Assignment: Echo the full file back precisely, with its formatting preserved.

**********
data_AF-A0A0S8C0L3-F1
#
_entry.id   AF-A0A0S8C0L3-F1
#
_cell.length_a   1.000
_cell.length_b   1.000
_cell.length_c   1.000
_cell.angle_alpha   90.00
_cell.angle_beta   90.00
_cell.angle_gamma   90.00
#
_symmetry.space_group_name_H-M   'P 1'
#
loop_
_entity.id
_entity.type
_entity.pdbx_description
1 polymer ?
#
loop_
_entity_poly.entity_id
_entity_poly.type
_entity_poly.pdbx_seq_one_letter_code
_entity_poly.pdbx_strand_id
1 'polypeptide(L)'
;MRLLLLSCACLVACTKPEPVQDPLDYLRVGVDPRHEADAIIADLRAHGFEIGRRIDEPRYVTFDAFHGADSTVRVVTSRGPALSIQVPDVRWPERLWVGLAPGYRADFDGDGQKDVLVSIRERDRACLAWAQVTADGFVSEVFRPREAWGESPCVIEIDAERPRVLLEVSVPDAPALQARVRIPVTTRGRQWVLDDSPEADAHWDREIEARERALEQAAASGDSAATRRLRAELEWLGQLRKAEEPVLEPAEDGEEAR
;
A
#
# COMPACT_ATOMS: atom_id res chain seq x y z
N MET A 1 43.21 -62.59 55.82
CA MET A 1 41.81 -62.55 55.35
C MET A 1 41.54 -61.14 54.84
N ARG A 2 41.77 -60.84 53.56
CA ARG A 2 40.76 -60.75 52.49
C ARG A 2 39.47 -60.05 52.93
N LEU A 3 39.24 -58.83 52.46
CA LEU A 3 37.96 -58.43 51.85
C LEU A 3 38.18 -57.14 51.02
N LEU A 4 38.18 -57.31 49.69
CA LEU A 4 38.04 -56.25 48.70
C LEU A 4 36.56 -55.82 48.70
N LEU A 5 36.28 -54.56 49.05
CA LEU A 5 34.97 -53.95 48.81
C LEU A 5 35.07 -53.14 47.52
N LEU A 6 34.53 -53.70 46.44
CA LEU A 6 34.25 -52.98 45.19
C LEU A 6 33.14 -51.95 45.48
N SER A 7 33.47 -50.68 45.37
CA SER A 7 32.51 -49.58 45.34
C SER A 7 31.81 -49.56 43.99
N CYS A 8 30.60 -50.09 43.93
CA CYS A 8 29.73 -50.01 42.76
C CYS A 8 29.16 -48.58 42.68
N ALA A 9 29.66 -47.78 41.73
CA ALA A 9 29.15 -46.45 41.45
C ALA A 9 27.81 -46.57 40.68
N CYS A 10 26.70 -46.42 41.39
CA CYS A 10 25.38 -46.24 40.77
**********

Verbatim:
data_AF-A0A0S8C0L3-F1
#
_entry.id   AF-A0A0S8C0L3-F1
#
_cell.length_a   1.000
_cell.length_b   1.000
_cell.length_c   1.000
_cell.angle_alpha   90.00
_cell.angle_beta   90.00
_cell.angle_gamma   90.00
#
_symmetry.space_group_name_H-M   'P 1'
#
loop_
_entity.id
_entity.type
_entity.pdbx_description
1 polymer ?
#
loop_
_entity_poly.entity_id
_entity_poly.type
_entity_poly.pdbx_seq_one_letter_code
_entity_poly.pdbx_strand_id
1 'polypeptide(L)'
;MRLLLLSCACLVACTKPEPVQDPLDYLRVGVDPRHEADAIIADLRAHGFEIGRRIDEPRYVTFDAFHGADSTVRVVTSRGPALSIQVPDVRWPERLWVGLAPGYRADFDGDGQKDVLVSIRERDRACLAWAQVTADGFVSEVFRPREAWGESPCVIEIDAERPRVLLEVSVPDAPALQARVRIPVTTRGRQWVLDDSPEADAHWDREIEARERALEQAAASGDSAATRRLRAELEWLGQLRKAEEPVLEPAEDGEEAR
;
A
#
# COMPACT_ATOMS: atom_id res chain seq x y z
N MET A 1 43.21 -62.59 55.82
CA MET A 1 41.81 -62.55 55.35
C MET A 1 41.54 -61.14 54.84
N ARG A 2 41.77 -60.84 53.56
CA ARG A 2 40.76 -60.75 52.49
C ARG A 2 39.47 -60.05 52.93
N LEU A 3 39.24 -58.83 52.46
CA LEU A 3 37.96 -58.43 51.85
C LEU A 3 38.18 -57.14 51.02
N LEU A 4 38.18 -57.31 49.69
CA LEU A 4 38.04 -56.25 48.70
C LEU A 4 36.56 -55.82 48.70
N LEU A 5 36.28 -54.56 49.05
CA LEU A 5 34.97 -53.95 48.81
C LEU A 5 35.07 -53.14 47.52
N LEU A 6 34.53 -53.70 46.44
CA LEU A 6 34.25 -52.98 45.19
C LEU A 6 33.14 -51.95 45.48
N SER A 7 33.47 -50.68 45.37
CA SER A 7 32.51 -49.58 45.34
C SER A 7 31.81 -49.56 43.99
N CYS A 8 30.60 -50.09 43.93
CA CYS A 8 29.73 -50.01 42.76
C CYS A 8 29.16 -48.58 42.68
N ALA A 9 29.66 -47.78 41.73
CA ALA A 9 29.15 -46.45 41.45
C ALA A 9 27.81 -46.57 40.68
N CYS A 10 26.70 -46.42 41.39
CA CYS A 10 25.38 -46.24 40.77